When news happens, text SDE and your photos or videos to 80360. Or contact us by email and phone.
Cleo in in the City
Anthony and Cleopatra at the Chichester Festival Theatre
WHETHER Cleopatra was in real life a sultry temptress, akin to the character of Samantha Jones of Sex In The City fame, we can never know.
Certainly Kim Cattrall, who played the sex siren in the popular TV and film series could have been forgiven for continuing in similar mode for her performance as the Egyptian queen in Chichester Festival Theatre’s Anthony and Cleopatra.
However, wisely, she avoids such a trap. Instead, Ms Cattrall’s queen comes across as a desperate, almost nervous lovestruck, perhaps even lonely, certainly vulnerable woman in a man’s world.
The object of her desperate desire, Anthony, played here by Michael Pennington, certainly doesn’t seem to deserve her. He appears almost irritated by her affections. And throughout the first act of Shakespeare’s masterpiece it isn’t clear why the two are so besotted, such is the apparent lack of real passion between the pair.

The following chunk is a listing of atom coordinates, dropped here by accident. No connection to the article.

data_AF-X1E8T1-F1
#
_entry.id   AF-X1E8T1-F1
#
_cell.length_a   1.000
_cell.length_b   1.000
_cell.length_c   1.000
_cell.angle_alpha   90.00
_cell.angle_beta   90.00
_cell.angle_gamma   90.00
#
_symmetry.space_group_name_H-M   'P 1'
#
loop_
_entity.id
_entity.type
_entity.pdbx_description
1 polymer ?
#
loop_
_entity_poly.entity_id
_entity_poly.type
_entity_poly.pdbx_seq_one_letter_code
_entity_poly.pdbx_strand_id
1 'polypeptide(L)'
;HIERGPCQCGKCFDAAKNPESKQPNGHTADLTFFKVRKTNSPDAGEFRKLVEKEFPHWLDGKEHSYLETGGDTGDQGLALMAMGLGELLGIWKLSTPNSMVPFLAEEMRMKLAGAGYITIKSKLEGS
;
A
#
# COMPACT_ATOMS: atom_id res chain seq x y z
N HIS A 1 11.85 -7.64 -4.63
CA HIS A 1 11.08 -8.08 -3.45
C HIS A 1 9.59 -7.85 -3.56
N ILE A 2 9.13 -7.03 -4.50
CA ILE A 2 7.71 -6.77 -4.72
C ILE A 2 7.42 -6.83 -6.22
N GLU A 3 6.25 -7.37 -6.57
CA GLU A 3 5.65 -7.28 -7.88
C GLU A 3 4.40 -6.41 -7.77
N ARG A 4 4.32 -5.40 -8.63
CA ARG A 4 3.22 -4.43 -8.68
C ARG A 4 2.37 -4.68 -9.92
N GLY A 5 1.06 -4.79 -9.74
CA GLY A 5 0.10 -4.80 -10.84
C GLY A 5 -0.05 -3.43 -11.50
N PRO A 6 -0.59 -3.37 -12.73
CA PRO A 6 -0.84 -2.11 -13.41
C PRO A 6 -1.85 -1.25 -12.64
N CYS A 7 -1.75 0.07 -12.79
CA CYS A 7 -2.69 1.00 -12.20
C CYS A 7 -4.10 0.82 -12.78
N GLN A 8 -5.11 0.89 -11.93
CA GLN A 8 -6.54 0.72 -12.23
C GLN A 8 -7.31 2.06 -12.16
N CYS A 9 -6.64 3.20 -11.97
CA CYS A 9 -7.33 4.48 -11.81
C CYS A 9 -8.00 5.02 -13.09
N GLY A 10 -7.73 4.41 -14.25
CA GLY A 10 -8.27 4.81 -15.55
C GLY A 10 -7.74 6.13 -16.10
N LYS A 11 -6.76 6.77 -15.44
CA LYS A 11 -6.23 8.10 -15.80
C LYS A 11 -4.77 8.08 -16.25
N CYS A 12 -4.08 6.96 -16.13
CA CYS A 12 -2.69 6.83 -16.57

But the second act brings its rewards for those looking for reasons why such powerful individuals found it impossible to draw apart, even when doom draws close.
Cattrall gives a marvellous performance as Cleopatra, a role she has enjoyed success with before. Pennington makes for a wild-haired, winesoaked Anthony, lost to hedonism and at odds with the image of the noble Roman.
Martin Hutson is incredible as Octavius Caesar, the pair’s nemesis. A study in controlled awkwardness, the future Emperor C a e s a r Au g u s t u s irritates wonderfully.
Janet Suzman’s direction of the long drawn-out saga is compelling, the staging simple, yet effective.
Breast-plated Roman warriors are matched with machine-gun toting SWAT teams.
At the heart of the saga is the ending of a dynasty and the fall of an empire: and the doom of two of the most famous lovers in history.
Runs until September 29.